What’s the biggest challenge that you’ve faced to date in your creative or professional journey? How did you resolve it? What did you learn from it?
I think my biggest challenge is also the greatest gift – at least that’s what I’m trying to tell myself! I become obsessed with very different forms and mediums and want to try as to learn as much as I can. I’ll see an animated film and say “I want to do that!” then start learning some animation and 3D modelling or I’ll see some amazing motion design work and I’ll turn around and say, “motion design? Ooh tell me more.” I try to absorb as much as I can but then the downside is never being able to develop fully my technical skills in one area. For me though the most important thing – and why this becomes an asset – is to develop a vocabulary in all these different areas so that I can effectively communicate with collaborators. I don’t want to turn to a musician and say, “it must sound blue” just because that makes all the sense in the world in my visual brain but truthfully, doesn’t mean anything at all. I want to be able to be specific and communicate well, and that ends up helping me as well gain more clarity in what I’m creating. In doing that I also begin to have an understanding of just how much effort (and pain) is involved in, for example animation, because definitely a lot of directors and clients take that work for granted.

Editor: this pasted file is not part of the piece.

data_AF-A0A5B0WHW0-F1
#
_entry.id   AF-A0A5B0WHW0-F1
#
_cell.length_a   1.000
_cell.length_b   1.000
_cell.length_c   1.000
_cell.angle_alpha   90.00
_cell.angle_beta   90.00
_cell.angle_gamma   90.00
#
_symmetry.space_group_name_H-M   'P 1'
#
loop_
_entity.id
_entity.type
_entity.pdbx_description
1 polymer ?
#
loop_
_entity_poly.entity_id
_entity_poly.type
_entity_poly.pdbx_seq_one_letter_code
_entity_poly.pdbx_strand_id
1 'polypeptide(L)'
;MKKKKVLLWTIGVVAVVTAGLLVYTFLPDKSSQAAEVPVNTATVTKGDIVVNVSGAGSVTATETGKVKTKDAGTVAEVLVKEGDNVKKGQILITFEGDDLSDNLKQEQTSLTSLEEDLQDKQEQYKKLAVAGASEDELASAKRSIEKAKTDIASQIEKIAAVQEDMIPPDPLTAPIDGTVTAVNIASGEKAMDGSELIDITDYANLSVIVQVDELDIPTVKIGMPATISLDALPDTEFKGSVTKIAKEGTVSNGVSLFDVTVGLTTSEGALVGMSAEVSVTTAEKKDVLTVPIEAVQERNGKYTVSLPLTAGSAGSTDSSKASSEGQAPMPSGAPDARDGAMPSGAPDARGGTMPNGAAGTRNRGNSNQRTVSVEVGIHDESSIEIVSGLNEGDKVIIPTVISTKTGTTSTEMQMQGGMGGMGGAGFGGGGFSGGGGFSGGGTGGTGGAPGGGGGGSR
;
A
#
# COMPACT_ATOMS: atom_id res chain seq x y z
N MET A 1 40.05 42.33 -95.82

How do you balance your professional and creative lives?
I worked as a journalist for a solid two months but right from the very first day I knew it wasn’t for me. While it was a great job in a lot of ways, it was also really creatively stifling and as someone with a lot of ideas, I felt like there wasn’t going to be as much opportunity to incorporate those ideas as I thought. My current job is as a video technician at The Arts Center at NYUAD, which doesn’t involve a lot of creativity but it’s the best place for me to be in at this moment in time. When I graduated, I was very aware that I had a lot of design knowledge and knew lots of software, but my hard technical skills were non-existent. And especially as someone who wants to pursue projection design, it was necessary for me to delve into the technical. My head of department, Claire, basically took me under her wing and rather than being just a boss, was really a mentor. Being a technician in a theatre means that I get to be a part of the set-up of a show and really see how it comes to life. My full-time job has definitely greatly informed my artistic practice, especially since pre-pandemic I was exposed to a lot of performances and go to see how artists rehearse and what their processes are. And I’ve been able to find moments when being creative has also been an asset.